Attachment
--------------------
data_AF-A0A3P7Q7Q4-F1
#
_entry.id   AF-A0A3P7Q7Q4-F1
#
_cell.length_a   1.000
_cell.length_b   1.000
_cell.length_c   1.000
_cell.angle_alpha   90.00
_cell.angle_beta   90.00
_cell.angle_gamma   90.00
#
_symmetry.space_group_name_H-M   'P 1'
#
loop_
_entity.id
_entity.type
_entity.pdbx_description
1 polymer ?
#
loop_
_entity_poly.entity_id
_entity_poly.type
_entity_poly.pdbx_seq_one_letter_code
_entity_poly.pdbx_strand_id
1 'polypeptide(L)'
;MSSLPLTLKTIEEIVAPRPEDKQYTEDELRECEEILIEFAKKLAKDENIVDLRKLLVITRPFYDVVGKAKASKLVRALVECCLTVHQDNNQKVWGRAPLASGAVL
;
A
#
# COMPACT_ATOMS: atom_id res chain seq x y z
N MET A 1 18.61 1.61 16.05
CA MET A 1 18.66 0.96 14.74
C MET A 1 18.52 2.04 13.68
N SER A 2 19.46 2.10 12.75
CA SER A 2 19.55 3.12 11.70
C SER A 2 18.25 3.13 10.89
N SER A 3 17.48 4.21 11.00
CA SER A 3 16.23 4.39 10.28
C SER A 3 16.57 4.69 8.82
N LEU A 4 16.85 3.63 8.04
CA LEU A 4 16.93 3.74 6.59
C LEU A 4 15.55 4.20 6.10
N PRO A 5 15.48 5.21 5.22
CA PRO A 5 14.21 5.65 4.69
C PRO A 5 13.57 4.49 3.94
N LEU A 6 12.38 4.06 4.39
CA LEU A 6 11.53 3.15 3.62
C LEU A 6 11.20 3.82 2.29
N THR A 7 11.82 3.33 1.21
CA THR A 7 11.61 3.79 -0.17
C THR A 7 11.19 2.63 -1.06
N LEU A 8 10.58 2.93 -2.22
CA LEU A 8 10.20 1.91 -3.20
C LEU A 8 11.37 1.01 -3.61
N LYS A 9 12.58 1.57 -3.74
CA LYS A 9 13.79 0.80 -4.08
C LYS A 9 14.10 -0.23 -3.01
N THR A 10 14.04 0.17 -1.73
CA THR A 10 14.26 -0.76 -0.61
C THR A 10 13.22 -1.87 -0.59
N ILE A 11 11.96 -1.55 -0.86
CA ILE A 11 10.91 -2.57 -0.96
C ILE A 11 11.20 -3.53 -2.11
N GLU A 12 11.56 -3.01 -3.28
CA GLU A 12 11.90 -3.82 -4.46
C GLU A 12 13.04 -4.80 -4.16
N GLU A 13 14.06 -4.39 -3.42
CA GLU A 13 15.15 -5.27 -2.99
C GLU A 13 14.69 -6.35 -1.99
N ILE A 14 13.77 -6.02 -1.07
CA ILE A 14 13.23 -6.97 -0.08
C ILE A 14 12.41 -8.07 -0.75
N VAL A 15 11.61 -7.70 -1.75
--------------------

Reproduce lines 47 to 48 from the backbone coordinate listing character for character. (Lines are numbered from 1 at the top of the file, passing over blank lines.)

CA LEU A 6 11.53 3.15 3.62
C LEU A 6 11.20 3.82 2.29